The Vatican has closed all its fountains to save water as an ongoing drought has hit several regions across Italy.
The decision was made by the Governorate of the Vatican State, which decided to close all the fountains throughout the territory, including those in St. Peter's Square and in the Vatican Gardens.
"The choice is in harmony with the teachings of Pope Francis who, in the Laudato si' encyclical, reminds that 'the habit of wasting and throwing away has reached unprecedented levels,'" read a statement on Radio Vaticana's website.
"'Drinkable clean water is of primary importance as it is essential for human life and to sustain terrestrial and aquatic ecosystems,'" it continued.
The move came as at least 10 out of 20 regions in Italy have called on the Ministry of Agricultural, Food and Forestry Policies to declare natural disaster zones due to lack of water, news agency Ansa reported.
The move would mean agricultural enterprises will see their mortgage fees and taxes temporarily suspended and they will be able to access an emergency fund.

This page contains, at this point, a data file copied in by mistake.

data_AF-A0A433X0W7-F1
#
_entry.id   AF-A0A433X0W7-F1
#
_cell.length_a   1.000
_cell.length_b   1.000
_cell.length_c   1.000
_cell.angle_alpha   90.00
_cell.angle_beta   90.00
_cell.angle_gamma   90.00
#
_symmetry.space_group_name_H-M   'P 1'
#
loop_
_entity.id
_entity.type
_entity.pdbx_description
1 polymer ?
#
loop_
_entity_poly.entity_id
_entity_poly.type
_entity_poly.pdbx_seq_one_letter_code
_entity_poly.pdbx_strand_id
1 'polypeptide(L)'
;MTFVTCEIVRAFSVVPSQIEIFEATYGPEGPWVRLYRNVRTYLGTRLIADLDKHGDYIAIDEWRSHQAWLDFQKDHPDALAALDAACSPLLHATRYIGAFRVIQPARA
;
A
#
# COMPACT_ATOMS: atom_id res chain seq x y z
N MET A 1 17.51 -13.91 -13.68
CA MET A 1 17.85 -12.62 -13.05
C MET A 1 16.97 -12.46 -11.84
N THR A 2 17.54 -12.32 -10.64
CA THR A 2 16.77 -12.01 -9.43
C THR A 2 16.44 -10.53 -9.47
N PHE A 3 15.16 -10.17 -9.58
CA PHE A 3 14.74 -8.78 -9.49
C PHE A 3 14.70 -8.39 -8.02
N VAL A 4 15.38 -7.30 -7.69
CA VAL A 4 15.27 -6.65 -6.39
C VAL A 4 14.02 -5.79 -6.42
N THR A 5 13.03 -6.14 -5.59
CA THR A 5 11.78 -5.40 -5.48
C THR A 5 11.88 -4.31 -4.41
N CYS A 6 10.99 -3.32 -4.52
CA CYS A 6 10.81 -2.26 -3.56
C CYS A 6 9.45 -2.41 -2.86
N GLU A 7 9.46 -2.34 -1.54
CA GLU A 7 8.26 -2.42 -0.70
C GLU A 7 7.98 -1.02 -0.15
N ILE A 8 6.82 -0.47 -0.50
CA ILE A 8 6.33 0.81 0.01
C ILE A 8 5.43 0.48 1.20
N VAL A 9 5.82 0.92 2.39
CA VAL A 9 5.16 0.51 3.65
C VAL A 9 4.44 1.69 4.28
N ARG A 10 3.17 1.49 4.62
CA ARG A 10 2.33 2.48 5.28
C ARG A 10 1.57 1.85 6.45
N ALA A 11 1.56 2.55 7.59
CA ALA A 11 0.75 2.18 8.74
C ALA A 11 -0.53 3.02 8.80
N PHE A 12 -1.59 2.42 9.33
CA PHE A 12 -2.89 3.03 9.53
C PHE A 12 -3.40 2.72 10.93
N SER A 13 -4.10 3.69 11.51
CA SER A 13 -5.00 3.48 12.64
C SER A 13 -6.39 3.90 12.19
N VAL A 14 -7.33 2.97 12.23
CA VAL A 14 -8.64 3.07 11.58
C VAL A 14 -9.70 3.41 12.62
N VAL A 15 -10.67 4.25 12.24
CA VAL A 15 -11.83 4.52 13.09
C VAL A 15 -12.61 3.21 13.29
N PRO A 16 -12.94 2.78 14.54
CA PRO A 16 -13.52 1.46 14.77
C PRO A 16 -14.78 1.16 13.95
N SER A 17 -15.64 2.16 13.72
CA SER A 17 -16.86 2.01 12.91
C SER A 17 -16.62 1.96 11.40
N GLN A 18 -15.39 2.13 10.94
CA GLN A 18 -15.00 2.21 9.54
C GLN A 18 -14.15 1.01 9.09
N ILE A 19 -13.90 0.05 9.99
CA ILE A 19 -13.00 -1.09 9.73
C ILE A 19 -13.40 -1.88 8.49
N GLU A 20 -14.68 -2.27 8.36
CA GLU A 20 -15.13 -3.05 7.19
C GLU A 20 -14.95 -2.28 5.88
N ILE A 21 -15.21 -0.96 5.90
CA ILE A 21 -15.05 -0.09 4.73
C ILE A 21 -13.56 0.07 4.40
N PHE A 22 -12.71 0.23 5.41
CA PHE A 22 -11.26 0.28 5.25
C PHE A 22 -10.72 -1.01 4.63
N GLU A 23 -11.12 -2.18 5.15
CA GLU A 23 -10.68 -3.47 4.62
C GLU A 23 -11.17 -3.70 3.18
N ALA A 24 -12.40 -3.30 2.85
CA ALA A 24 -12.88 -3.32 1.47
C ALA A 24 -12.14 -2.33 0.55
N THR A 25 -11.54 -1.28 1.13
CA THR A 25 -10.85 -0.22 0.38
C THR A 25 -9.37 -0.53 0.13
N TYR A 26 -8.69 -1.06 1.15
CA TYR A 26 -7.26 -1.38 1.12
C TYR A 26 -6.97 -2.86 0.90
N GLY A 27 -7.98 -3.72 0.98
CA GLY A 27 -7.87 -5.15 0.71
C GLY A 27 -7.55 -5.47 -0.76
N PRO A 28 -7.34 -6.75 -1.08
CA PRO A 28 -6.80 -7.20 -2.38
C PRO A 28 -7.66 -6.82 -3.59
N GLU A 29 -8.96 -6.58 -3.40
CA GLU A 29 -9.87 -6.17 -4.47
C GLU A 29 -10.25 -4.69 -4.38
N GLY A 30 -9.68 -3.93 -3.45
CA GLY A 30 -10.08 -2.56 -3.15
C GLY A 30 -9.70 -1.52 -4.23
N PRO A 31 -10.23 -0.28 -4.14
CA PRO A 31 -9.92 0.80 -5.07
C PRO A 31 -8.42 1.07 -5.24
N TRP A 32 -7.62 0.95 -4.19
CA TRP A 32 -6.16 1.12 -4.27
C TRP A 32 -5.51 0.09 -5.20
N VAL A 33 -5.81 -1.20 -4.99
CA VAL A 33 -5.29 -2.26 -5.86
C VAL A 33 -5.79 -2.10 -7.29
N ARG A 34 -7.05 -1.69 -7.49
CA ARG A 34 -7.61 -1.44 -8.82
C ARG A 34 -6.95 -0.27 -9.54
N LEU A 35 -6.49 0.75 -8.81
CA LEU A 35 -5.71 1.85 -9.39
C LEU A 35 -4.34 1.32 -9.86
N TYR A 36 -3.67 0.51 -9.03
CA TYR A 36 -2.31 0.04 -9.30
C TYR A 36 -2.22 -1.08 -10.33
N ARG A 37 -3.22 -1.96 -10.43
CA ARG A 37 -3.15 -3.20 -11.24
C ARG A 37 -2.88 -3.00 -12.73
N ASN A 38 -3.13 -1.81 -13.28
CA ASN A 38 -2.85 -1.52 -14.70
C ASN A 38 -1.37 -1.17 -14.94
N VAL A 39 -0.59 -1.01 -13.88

Lack of rains and hot temperatures have already caused billions of euros in damage throughout the nation, as two thirds of the territory does not have access to water, essential for camp irrigation, livestock and the farming industry.
Coldiretti, the national confederation of cultivators, said the drought has caused €2bn ($2,3bn ; £1,7bn ) in damage and the country is experiencing a -15% drop in milk production.
The drought has prompted several towns across the impacted regions to ration the use of water and introduce the "hour-tap" system, whereby citizens are given specific time windows throughout the day to use water.
Gianluca Galletti, the minister for the environment, deemed the situation in Rome as "critical" and is considering whether to declare a state of emergency upon request by Lazio region, of which Rome is the provincial capital.
Among other plans, authorities in Rome have suggested citizens will not be able to use water for eight hours a day.
Former Prime Minister Silvio Berlusconi has called on the government to "intervene" as "Italy is bent".
"The government should act promptly to protect this precious patrimony, with extraordinary aids and by starting a serious discussion with European authorities," the media tycoon said.